Duhok, Iraqi Kurdistan - October 29, 2016 - Political leaders, government officials, and legislators met on Saturday, October 29th to discuss the role the Central Bank of Iraq should play in alleviating Kurdistan's and Iraq's economic woes. Among the speakers were several Iraqi and KRG cabinet members and economic experts.
Member of Parliament (Iraq) Najiba Najib stressed the importance of establishing a dialogue among Kurdish and Iraqi policymakers and economic advisors. Dr. Ali Sindi, KRG Minister of Planning and Active Minister of Trade, addressed the potential use of foreign exchange reserves in funding public projects. His Iraqi counterpart, Dr. Salman Al-Jumaili, relayed actions the Iraqi Ministry of Planning is currently taking in order to pay for investment plans. Dr. Ali Al-Allaq, governor of the Central Bank of Iraq, expounded on the role of monetary policies in financing government expenditures. Financial Advisor to the Prime Minister of Iraq, Dr. Mudher Mohammed Saleh, spoke on short-term solutions for coping with the financial crisis, while Iraqi Deputy Minister of Finance, Dr. Faisal Nabi, discussed the benefits of utilizing international loans to fund government initiatives.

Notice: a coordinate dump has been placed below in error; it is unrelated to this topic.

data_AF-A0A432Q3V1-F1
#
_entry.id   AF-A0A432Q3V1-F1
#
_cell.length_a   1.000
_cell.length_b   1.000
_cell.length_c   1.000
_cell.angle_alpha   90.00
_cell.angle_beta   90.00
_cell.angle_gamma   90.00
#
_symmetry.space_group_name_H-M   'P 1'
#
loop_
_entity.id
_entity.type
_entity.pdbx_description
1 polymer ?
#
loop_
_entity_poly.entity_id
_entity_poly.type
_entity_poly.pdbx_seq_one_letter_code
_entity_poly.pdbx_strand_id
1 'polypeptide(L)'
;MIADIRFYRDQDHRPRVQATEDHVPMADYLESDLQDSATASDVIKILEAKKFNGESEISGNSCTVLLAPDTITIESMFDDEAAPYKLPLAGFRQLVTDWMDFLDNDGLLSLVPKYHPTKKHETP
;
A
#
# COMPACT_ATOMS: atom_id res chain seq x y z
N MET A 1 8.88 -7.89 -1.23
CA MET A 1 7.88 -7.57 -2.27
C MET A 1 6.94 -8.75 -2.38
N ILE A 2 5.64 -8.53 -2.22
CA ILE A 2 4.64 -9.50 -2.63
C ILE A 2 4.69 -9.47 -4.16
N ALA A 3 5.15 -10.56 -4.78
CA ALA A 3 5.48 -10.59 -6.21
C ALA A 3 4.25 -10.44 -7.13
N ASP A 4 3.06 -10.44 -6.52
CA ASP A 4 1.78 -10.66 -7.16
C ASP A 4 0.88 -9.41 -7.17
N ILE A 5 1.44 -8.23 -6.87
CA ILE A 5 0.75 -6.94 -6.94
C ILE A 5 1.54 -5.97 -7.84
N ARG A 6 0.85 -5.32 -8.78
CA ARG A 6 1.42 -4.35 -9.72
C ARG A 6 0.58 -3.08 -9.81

Sindi estimated that 3600 projects have been halted as a result of the economic crisis. Al-Allaq asserted that the "KRG government is suffering now because they don't have strong ties with the Central Bank of Iraq." Along similar lines, Dr. Ayad H. Abdulhalim, Duhok Chair of Commerce, proposed "a linked committee between the KRG and the central government." While others emphasized the need to improve relations with Baghdad, Dr. Honar Issa, provost of the American University of Kurdistan, hailed education as the only long-term solution to economic vulnerability. According to Issa, "If volatility in energy prices have had such devastating effects on our economy, we must diversify. We must equip a workforce with all the skills it needs for a sustainable, dynamic economy we must invest in education."
The KRG has been experiencing serious financial difficulties since 2015 as a result of low oil prices and a costly war with the Islamic State. Disagreements with Baghdad over its budgetary obligations have cooled relations between the KRG and the Iraqi central government.